Maybe there's something missing that could salvage Superman as a character in these films (the R-rated "Ultimate Cut" that releases later this year on blu-ray is reportedly 3 hours long), but as it stands, Superman isn't just a bad version of Superman, he's barely a character in what is supposedly a sequel to his own origin story. Henry Cavill gets even less chance to show a glimmer of charm or warmth than he did in Man of Steel, as its Ben Affleck's Batman who is far more the star of this film. And while Affleck throws his considerable charisma and acting prowess into the role to good results (and has dynamite chemistry with Jeremy Irons' Alfred), his character is no better-written. In fact, while he gets more screen time and something resembling an arc (if a thuddingly stupid one), changes made to Batman's moral code actually break him just as badly as Snyder has broken Superman.
Luckily, Gal Gadot's Wonder Woman emerges more-or-less unscathed...partly because she's in the movie for a grand total of 10 of its whopping 151 minutes. Lois Lane barely fares better (having literally nothing to do but chase a mystery that Batman has already solved in between getting herself captured), and the way the film casually kills off other fan-favorite DC characters feels almost like Snyder is actively trolling the "in-the-know" audience at this point. Which is odd, because the film is going to be damn-near impenetrable at times to anyone who can't piece together the hints about otherworldly conquerors that get thrown into the mix in the name of sequel-teasing and world-building - in the most awkward and obtuse way possible, no less.
But the crown jewel of awkward, obtuse, stupid writing, and next-level trolling comes in the form of Lex Luthor. Jesse Eisenberg's take on the character plays like someone dared him to go even bigger and louder than Kevin Spacey did in 2006's Superman Returns while employing none of of the watchable charisma or occasional threatening presence, all while reading what sounds like a DC version of Drunken Mad Libs. Luthor here is by turns an anti-alien xenophobe, a man with a fixation on killing God, an abused son, or the evil genius who saw the coming cosmic threat that requires the creation of the Justice League, depending on what scene he's in. It's like the filmmakers wanted the Joker again but decided to give him a different name because this was still ostensibly a Superman story.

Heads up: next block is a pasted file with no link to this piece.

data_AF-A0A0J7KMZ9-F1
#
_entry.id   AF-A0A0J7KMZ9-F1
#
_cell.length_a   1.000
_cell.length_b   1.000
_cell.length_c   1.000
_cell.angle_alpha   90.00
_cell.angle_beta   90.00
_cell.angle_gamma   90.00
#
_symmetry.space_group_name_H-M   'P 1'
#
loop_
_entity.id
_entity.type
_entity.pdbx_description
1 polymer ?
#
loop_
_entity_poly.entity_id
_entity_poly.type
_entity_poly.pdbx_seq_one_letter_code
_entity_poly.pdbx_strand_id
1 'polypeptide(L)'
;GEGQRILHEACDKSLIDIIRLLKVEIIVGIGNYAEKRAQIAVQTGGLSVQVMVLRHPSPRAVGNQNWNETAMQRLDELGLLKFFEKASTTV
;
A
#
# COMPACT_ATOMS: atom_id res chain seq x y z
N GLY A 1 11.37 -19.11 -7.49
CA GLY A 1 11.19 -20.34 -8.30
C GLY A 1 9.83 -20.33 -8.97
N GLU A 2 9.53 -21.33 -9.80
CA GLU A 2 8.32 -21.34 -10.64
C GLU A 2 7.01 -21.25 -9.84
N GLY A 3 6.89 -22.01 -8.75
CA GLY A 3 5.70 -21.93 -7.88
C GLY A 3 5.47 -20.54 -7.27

As the driving force behind the entire plot, Luthor is inflicted on the audience for a grueling two hours until the World's Finest can finally throw down and punch each other before the inevitable team-up, and for all that Zack Snyder is usually an action virtuoso, neither of the two big would-be set piece are even visually arresting, much less engrossing from a meaningful story or character standpoint. Even an obvious late-in-the-game attempt at an emotional punch is hamstrung by the fact that the film hasn't done the necessary legwork to really invest us in these characters and their relationships (even assuming you forgot about certain characters' required attendance in the upcoming Justice League movies).
I'm sure BvS will find an audience, but I can't be counted among its fans. Aside from being an under-cooked and misguided mess from a conceptual level and poorly-constructed throughout, the film seems actively ashamed of its iconic and aspirational characters. Bringing the gods of Detective Comics down to our own base level, Dawn of Justice feels less like an exciting beginning than the start of a long, dark, cold night.